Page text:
A Report on Non-Ionizing Radiation

Science: Microwave News Article Archive (2004 - )

September 28, 2010

Who offers better scientific advice: Lady Gaga or Scientific American ? Okay, it's a trick question. Sometimes Lady Gaga does make more sense.

Two items crossed our desk this morning. A dispatch from Next-Up, the European EM activist group, under the title "Lady Gaga Says No to Radiation from Mobile Phones." That in turn was based on an August 31 story in the U.K. Sun newspaper —admittedly not one of the most reliable sources of news, but then again this is not a complicated story. "Mobiles Send You Gaga," warned the headline (don't miss the Sun's accompanying photo of Lady G. in her retro phone hat). Citing a "source close to the star," the Sun reported: "Even though there's no firm evidence, it's really freaked her out. One of her team has to hold the phone so it isn't too close to her head. She then listens on the phone loudspeaker." That's one way to practice precaution, at least for those lucky enough to have an assistant always at the ready.

November 27, 2008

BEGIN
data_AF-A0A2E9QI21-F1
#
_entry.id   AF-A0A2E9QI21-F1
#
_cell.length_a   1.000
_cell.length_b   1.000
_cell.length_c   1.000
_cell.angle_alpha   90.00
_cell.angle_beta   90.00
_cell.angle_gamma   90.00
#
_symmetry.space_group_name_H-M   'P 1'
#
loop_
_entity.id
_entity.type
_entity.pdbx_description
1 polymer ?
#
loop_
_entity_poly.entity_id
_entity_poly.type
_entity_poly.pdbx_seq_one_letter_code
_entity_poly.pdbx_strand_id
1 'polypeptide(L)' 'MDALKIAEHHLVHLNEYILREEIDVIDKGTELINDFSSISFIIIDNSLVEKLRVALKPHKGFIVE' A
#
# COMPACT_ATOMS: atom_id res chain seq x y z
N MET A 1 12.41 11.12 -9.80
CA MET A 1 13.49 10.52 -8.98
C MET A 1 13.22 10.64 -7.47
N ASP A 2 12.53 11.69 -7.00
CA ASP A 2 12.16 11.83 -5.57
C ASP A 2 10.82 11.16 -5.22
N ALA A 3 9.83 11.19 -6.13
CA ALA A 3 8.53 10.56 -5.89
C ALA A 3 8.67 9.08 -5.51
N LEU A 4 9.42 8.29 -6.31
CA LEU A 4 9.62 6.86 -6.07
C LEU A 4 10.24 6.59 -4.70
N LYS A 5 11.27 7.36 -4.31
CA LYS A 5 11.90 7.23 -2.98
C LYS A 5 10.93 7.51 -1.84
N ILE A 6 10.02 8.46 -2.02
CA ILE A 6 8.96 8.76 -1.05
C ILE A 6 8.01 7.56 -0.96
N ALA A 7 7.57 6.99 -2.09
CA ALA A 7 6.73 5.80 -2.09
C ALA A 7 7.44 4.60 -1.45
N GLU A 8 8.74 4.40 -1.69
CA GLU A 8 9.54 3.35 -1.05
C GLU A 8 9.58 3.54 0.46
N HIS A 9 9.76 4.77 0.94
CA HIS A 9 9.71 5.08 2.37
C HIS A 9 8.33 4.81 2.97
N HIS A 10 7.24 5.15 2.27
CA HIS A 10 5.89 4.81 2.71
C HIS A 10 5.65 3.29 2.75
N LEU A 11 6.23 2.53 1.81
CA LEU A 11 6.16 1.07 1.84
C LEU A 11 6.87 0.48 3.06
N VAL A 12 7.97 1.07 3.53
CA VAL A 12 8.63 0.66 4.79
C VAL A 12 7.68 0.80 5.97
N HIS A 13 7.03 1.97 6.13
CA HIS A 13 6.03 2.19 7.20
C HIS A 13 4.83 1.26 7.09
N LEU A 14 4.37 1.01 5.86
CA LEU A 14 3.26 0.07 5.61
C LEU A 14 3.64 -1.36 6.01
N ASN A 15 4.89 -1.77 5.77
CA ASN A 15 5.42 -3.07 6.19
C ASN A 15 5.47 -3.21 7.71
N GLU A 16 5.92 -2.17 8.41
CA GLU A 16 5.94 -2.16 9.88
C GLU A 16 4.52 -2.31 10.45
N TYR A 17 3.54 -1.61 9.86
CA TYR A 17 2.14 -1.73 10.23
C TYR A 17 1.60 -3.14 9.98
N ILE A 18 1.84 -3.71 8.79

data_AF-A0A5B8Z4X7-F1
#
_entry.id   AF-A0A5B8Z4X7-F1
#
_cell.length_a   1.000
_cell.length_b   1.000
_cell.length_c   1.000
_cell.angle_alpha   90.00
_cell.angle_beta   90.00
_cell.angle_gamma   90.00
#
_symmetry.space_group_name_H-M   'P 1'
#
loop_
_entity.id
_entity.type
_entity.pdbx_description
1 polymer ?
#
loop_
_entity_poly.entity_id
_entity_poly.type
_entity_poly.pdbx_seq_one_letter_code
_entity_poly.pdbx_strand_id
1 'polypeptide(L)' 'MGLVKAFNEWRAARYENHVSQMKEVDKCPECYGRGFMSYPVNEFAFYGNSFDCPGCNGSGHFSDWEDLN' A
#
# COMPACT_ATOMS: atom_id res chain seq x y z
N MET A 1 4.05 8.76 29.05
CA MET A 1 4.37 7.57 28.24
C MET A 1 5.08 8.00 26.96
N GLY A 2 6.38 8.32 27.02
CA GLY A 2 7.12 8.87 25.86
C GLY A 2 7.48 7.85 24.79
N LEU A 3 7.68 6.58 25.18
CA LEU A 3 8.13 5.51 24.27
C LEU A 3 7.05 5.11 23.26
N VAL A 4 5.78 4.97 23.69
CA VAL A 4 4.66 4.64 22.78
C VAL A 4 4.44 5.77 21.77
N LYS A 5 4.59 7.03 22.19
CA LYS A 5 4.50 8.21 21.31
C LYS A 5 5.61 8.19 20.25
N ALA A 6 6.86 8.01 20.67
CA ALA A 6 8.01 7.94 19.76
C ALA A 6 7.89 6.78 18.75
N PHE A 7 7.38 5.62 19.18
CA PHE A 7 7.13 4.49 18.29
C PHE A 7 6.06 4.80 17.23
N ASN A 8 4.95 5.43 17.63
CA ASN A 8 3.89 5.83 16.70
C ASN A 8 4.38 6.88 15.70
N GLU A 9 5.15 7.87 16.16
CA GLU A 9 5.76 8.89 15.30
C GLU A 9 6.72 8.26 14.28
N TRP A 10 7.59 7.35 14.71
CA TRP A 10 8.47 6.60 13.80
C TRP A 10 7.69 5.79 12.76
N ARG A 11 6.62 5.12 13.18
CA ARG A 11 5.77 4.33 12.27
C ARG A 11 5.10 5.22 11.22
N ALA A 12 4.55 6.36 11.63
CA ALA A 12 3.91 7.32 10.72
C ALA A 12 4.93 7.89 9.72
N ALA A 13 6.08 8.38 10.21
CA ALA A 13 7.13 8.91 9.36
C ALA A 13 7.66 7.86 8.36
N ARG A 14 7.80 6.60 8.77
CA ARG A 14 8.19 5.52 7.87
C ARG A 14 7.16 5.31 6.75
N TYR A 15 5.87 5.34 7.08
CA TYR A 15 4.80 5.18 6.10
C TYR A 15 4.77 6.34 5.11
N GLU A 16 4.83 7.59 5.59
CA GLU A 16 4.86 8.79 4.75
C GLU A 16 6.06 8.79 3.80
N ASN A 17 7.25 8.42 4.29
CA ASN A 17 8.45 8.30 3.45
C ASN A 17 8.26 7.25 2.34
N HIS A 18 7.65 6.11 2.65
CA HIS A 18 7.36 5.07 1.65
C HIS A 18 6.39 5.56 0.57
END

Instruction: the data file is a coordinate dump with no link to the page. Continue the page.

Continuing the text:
Science has conceded the error: More than one lab has in fact shown that cell phone radiation can cause DNA breaks. Back in August, reporter Gretchen Vogel claimed that Hugo Rüdiger at the University of Vienna medical school was the only one (see our September 3 post). Now, Vogel allows that a team from Zhejiang University in Hangzhou, China, had previously observed DNA breaks in cells exposed to GSM radiation.

September 3, 2008

Making sweeping statements about scientific knowledge is always challenging, especially when writing about an unfamiliar field of research. Take, for example, this opening sentence from an article, "Fraud Charges Cast Doubt on Claims of DNA Damage from Cell Phone Fields" by Gretchen Vogel in this week's Science magazine:

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